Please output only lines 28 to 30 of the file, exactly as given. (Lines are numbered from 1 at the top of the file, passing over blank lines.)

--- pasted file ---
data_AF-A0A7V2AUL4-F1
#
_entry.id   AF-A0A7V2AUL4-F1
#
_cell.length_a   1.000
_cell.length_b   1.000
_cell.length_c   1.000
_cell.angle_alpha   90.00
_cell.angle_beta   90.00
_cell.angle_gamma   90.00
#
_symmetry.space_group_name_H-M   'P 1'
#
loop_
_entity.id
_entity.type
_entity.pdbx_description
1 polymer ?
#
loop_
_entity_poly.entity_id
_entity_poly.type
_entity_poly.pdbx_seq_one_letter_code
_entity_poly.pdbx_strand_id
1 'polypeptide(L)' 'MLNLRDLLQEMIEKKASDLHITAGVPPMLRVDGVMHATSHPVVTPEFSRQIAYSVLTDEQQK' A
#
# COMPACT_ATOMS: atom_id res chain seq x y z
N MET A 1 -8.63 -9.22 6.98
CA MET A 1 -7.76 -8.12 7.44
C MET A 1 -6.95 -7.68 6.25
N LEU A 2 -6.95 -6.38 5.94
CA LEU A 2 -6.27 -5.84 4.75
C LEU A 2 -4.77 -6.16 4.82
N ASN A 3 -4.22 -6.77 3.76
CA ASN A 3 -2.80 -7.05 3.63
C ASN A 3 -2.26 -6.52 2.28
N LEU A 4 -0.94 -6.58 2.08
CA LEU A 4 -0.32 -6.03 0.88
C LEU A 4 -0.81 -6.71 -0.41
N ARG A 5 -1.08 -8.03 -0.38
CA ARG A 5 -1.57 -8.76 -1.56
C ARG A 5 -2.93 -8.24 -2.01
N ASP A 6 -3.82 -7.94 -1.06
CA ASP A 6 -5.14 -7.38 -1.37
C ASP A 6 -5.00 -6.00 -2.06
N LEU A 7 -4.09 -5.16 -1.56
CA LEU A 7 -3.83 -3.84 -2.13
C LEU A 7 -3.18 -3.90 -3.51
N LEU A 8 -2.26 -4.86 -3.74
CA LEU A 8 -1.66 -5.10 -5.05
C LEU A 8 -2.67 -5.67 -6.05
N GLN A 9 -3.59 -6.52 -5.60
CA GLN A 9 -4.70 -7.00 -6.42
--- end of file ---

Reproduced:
N MET A 1 -8.63 -9.22 6.98
CA MET A 1 -7.76 -8.12 7.44
C MET A 1 -6.95 -7.68 6.25